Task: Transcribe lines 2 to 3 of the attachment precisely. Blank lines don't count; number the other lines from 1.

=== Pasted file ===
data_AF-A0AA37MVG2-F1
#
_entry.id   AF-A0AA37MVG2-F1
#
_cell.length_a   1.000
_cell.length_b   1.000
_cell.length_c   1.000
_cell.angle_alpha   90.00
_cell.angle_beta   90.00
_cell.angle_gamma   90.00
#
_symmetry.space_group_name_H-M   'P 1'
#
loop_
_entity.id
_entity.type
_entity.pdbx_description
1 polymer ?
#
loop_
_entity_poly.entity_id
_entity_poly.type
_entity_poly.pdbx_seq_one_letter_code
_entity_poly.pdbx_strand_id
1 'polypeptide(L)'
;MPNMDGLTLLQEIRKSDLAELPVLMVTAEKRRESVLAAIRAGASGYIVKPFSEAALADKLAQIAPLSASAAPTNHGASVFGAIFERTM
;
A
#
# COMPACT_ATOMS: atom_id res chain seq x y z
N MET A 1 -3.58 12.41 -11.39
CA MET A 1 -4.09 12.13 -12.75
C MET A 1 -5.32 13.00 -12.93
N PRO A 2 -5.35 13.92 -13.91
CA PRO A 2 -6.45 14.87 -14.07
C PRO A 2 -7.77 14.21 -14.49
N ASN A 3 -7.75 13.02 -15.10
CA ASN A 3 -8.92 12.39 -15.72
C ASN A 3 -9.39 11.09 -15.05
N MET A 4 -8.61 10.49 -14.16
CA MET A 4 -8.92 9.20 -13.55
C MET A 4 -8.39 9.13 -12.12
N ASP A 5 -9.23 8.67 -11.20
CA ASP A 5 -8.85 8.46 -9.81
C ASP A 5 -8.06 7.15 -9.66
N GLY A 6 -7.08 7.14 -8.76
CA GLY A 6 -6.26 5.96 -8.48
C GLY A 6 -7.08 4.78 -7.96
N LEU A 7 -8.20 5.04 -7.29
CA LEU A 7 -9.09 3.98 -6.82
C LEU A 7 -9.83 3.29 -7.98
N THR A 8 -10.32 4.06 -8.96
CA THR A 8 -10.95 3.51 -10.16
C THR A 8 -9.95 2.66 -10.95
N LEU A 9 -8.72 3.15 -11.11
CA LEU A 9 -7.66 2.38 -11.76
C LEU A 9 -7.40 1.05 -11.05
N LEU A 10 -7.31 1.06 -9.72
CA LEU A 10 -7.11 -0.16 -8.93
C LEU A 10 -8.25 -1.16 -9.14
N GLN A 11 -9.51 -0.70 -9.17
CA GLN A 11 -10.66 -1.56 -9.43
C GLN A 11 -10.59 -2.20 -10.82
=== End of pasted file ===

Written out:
#
_entry.id   AF-A0AA37MVG2-F1